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Accounting & Audit

COVID-19 Pandemic Accelerates Digital Transformation Strategies for Accounting Firms

As the world reels from COVID-19 and its ensuing economic effects, accounting firms are forced to innovate on a dime to ensure business continuity in the new normal. The economic shutdown and slow recovery have exposed just how much disruption the ...

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As the world reels from COVID-19 and its ensuing economic effects, accounting firms are forced to innovate on a dime to ensure business continuity in the new normal. The economic shutdown and slow recovery have exposed just how much disruption the pandemic has levied — and how accounting firms have successfully pivoted on the fly to innovate, evolve, and position themselves for success in the post-COVID-19 business environment.

Throughout the last decade, accounting firms have faced pressure to meet evolving client expectations. Some firms believed that building a website and keeping it updated qualified as digital transformation — but not anymore. The pandemic has shined a spotlight on the need for firms to reimagine the role of technology for client service delivery, and firms now realize that implementing a robust digital transformation strategy is a mission-critical imperative.

When the pandemic overcame us, firms scrambled to put the pieces together to support a virtual workforce. Now that we’re 6 months in, most firms are through the reset-and-replan phase and moving forward on planning the next 12 to 18 months. It’s clear — industry-wide — that the time for strategic investments in digital infrastructure is now. Read on for key takeaways on how smart firms are making the adjustments required to survive and thrive.

1.     Client Delivery-Related Technology

Firms are reimagining the role of technology for staying connected to clients. Client-facing technology solutions — including online collaboration, conferencing, and e-signature tools — have made secure document sharing a must-have feature. In the long run, firms will implement innovative engagement delivery methods, such as client-facing portals with built-in workflows and secure transmission.

2.     Internal Operations Tools

Firms are using operations technologies to increase margins, manage costs, and reduce engagement-delivery risk. Financial management systems that house practice-related data identify resource allocation opportunities in high-demand practice and skill areas. For instance, experience management systems allocate resources across the client lifecycle, optimizing the seamless delivery of work and client satisfaction.

3.     Strategic Cloud Adoption

For years, CISOs have lobbied leadership for buy-in on transitioning to cloud-based solutions, and leadership has resisted. However, with the virtual business model a baked-in certainty, firms no longer have a choice on cloud adoption because — without the cloud — their people can’t do their jobs from home effectively. Cloud-based solutions not only provide secure data storage, but also a centralized data repository that provides firmwide access from any location across devices. Ultimately, a cloud-based infrastructure protects a firm from preventable disruptions and revenue loss.

4.     Connected Firm Insights

Today, only a small minority of firms have achieved the level of connectivity required to create the tipping point where strategic investments in digital infrastructure are building sustainable competitive advantage. Most firms are spread across the journey, and struggling to get a handle on their data. Because the data is the backbone of the connected firm, the first step is to unify it, focusing on eliminating silos, improving data quality, and providing firmwide access to a centralized repository. Once the data is connected, you’re in a great position to build the processes required to enable your people, streamline your operations, and improve your service levels.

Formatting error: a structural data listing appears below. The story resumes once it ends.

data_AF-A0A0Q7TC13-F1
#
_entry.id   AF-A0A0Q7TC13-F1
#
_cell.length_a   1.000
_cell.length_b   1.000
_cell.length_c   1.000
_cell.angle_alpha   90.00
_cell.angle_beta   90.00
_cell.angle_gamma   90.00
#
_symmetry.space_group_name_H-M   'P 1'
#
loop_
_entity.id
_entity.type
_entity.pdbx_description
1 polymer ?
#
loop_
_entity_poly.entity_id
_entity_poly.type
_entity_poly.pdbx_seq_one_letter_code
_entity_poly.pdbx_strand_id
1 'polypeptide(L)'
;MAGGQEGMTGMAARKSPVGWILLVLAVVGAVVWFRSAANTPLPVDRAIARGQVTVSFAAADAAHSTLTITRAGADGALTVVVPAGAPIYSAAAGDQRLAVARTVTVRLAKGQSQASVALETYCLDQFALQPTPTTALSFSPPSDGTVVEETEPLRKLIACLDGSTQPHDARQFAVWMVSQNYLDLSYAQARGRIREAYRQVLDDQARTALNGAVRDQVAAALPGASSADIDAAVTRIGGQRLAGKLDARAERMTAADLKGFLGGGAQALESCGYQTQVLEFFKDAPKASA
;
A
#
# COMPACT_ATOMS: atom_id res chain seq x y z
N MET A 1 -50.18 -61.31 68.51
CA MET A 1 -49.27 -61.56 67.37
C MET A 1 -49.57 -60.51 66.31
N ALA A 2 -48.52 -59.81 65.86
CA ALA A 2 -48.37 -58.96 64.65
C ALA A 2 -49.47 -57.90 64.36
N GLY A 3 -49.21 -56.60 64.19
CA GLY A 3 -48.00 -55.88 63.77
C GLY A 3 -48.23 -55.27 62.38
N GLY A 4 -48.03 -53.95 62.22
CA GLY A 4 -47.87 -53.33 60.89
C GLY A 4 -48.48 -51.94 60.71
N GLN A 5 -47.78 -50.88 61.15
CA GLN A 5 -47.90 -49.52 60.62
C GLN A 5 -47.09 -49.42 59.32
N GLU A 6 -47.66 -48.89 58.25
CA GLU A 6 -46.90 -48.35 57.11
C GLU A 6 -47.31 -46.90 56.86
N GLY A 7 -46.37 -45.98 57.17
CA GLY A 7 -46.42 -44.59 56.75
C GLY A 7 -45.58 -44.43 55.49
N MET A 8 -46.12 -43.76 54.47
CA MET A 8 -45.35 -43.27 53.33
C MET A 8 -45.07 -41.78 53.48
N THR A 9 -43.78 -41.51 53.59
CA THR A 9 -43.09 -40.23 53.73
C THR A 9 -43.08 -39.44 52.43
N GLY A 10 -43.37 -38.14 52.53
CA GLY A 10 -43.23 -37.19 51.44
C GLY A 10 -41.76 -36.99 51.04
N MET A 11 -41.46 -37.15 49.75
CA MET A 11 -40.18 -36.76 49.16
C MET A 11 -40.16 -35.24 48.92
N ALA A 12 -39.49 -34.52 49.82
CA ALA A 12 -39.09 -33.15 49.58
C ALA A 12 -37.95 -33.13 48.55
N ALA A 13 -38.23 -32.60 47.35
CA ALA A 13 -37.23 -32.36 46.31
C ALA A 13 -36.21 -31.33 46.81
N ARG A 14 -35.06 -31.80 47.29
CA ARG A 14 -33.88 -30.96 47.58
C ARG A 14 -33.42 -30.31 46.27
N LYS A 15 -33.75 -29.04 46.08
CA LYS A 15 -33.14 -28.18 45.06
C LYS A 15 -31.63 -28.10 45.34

5.     Automation

Firms with high-volume legacy processes can leverage robotic process automation (RPA) tools to reduce human error and accelerate time-to-value. The key is to start with low-hanging fruit — tasks that can be easily automated with digital workflow tools — and then determine if these processes are ripe for RPA. As part of this exercise, firms should conduct a cost-benefit analysis of delivery across client lifecycle processes to identify areas that are well-poised for automation and digital workflow tools.

Going forward, investments in cloud-based digital transformation initiatives will be key to keeping up with the evolving realities of the new normal. Creating a dedicated change management team to set clear goals and objectives is a great way to get started. The benefits around eliminating manual processes and human error through automation — along with creating firmwide access to a centralized data repository — speak for themselves. Firms that have progressed beyond the technology baseline through the use of AI are achieving impressive results. For instance, firms that use artificial intelligence and algorithms to perform complex and laborious tasks — like conflicts clearance — reduce time spent on conflicts clearance by up to 60% — which is nothing to sneeze at.


Mark is President of Accounting and Consulting and Chief Strategy Officer at Intapp. He is responsible for leading company strategy, planning, marketing, strategic consulting, and merger and acquisition success. He has more than 25 years of executive experience in technology, building on leadership and partner roles within professional services firms. He was previously a partner at A.T. Kearney and PwC, and was the founding CEO of E2open, the SaaS software firm, which had a successful IPO in 2010. He can be contacted at: